Jonny Craig

A Dream Is A Question You Don't Know How To Answer

Written by: DR on 23/08/2009 15:42:42

Few front men in the music scene of today have reputations that precede them; Jonny Craig is undeniably one of the few. Blessed with a unique and momentous voice, as well as a somewhat chequered past involving rumoured drug addictions and being shown the door by Dance Gavin Dance, it seems he has matured (now at the ripe old age of 23) and is ready to channel his past defeats into his art.

Despite possessing the best voice in the scene, I have never personally regarded Craig as one of the best front men. In my humble opinion, to be one of the very best being a great vocalist isn't that important, but instead the song-writing ability itself must far outweigh singing capability. While being able to hit a note is compulsory, the knack for being able to hit all of them while seamlessly switching from delicate whispers to powerful roars is a bonus, and second to the ability to write great songs. Jonny Craig has never once so much as threatened to strike me as a great song-writer, so this solo album was his chance to show that there is far more to him than his voice.

If it wasn't for his previous bands, this solo effort would not have been released on Rise Records - a label famous for the generic scenecore types; not this RnB-meets-pop-meets-acoustic-meets-rock stuff.

It's an odd concoction, but when Craig pulls it off, it's done fairly well. The opening two tracks are worth skipping, "I Still Feel Her (pt. III)" is carried on from Emarosa's Relativity and though it only clocks in at a 3 minutes and 22 seconds long, it seems to drag on; the repeated chorus "Do the words 'Still Love You' give you security/Bottled up like smoke floating over flames" over and over again, to the backdrop of "whoaaa" gets tiresome, fast.

If you don't mind the cringe-worthy cliché on the best track "What I Would Give To Be Australian" that kicks the song off: "Set it up, this is what I'm talking about, let me do my thing, here we go." then you can admire how Craig slides easily between gentle cries and full-throated belts and also marvel at the connection between Craig and his female counterpart who almost steals Craig's limelight. The rest of the album never quite lives up to the standard set by the third track, "7 am, 2 Bottles And The Wrong Road" being a particular highlight for just how hit and miss Craig's lyrics are: "I have no time girl, to play this game with you. I have a queen, why would I settle for a fucking maid? Don't bring me back to this game." "Taking Time For All The Wrong Things" momentarily brings the quality back up, being more of a ballad offering accompanied by an acoustic guitar and for a change, half-decent lyrics and Craig allowing his voice to lead the way rather than over-thinking the vocals: "There was a time that I was not afraid, today is the day we send this wind away." There should be more to a solo album than just ridiculously great vocals (which after a while, become quite a challenge to listen to). I was hoping for Craig to show us all just how good of a song-writer he is, but sadly, it's not to be. One for the fan boys I'm afraid.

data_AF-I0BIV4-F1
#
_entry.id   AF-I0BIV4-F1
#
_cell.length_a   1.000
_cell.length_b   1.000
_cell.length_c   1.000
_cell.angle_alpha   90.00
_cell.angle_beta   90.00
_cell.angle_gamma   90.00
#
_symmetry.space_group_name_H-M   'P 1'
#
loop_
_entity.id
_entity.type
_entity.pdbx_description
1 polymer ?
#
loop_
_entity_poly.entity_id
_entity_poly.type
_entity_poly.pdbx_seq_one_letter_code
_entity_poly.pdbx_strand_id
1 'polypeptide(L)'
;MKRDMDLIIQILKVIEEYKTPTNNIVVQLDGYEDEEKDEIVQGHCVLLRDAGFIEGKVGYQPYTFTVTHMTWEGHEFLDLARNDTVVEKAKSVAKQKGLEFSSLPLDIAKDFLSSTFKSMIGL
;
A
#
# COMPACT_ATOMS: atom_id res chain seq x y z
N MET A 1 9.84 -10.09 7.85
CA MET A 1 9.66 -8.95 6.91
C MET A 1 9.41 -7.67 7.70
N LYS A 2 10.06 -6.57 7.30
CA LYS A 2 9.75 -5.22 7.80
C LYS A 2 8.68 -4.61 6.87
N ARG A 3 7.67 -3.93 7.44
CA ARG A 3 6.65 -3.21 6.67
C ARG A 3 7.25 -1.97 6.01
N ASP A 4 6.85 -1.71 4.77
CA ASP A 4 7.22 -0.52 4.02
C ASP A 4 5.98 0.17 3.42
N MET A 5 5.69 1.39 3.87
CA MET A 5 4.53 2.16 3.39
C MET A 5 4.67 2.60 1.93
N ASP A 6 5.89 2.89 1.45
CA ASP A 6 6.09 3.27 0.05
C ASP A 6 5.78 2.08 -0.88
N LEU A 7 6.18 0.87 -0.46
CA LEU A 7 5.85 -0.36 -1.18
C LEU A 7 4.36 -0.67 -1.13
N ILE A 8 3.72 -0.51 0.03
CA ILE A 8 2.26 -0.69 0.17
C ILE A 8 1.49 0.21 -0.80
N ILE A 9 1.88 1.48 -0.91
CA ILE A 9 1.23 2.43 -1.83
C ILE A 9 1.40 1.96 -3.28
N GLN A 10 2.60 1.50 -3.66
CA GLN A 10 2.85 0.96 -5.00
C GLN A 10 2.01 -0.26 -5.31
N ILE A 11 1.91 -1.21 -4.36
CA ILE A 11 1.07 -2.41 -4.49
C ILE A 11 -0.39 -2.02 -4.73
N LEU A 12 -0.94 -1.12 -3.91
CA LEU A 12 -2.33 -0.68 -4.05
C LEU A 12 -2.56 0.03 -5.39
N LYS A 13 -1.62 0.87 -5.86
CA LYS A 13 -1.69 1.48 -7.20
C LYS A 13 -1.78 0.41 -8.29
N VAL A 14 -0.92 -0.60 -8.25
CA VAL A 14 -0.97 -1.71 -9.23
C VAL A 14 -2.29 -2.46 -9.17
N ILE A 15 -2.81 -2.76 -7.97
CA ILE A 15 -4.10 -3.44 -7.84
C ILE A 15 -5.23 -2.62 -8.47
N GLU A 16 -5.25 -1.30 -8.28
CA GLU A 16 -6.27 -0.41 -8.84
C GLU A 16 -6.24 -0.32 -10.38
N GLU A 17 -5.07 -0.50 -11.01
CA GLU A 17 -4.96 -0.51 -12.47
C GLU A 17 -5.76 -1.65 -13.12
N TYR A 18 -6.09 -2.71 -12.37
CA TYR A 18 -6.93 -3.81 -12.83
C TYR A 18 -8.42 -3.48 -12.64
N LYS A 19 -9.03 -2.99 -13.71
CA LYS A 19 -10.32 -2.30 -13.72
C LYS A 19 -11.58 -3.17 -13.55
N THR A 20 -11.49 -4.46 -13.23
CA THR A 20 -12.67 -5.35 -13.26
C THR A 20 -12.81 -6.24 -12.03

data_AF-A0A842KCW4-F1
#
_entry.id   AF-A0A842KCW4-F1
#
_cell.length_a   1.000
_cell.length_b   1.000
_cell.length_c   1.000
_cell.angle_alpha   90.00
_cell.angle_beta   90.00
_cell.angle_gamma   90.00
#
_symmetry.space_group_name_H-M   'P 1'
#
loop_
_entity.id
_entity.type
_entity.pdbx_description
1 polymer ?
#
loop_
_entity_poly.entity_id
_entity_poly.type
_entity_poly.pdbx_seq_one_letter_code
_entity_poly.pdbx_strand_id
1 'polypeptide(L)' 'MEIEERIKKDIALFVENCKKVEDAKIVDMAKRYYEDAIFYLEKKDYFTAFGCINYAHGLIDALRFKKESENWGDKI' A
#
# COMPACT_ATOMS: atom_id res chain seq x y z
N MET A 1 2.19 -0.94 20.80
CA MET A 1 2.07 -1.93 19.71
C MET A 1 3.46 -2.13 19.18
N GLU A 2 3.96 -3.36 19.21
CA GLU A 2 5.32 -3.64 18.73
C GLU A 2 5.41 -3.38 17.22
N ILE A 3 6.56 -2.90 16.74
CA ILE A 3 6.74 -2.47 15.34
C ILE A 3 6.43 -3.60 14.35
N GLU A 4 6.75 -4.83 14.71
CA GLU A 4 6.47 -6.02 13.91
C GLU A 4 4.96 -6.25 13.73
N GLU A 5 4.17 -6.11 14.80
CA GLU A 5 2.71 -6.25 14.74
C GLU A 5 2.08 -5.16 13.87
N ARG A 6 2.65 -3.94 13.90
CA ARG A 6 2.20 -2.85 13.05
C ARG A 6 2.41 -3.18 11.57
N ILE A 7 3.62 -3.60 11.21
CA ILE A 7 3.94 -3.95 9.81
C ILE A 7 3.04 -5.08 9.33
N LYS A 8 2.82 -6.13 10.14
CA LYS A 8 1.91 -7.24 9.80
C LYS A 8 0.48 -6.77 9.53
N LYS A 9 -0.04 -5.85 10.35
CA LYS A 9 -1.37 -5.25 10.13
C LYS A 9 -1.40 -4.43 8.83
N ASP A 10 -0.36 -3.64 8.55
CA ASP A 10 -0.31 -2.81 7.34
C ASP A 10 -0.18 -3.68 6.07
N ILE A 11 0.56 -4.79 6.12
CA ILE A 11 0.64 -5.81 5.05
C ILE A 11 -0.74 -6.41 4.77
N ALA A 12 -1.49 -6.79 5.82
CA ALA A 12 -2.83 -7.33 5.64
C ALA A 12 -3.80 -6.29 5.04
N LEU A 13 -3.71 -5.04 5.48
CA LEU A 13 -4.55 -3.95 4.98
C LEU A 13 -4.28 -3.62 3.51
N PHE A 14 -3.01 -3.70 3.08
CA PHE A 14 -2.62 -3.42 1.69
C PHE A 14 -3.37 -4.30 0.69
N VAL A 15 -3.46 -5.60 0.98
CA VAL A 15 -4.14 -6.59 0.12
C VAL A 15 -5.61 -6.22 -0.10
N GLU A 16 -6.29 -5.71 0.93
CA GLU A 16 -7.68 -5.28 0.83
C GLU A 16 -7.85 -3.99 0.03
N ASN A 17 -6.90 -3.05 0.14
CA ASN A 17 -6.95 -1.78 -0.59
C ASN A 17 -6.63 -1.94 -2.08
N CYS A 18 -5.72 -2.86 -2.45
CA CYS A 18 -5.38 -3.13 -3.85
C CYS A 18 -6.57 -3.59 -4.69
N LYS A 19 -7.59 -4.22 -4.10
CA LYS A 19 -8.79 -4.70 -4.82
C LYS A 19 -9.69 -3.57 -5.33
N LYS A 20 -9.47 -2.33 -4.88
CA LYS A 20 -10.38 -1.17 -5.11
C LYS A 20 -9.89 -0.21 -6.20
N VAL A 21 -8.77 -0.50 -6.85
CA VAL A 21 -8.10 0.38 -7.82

Download: What I Would Give To Be Australian, Taking Time For All The Wrong Things
For Fans of: Isles And Glaciers, Emarosa
Listen: Myspace

Release date 18.08.2009
Rise Records

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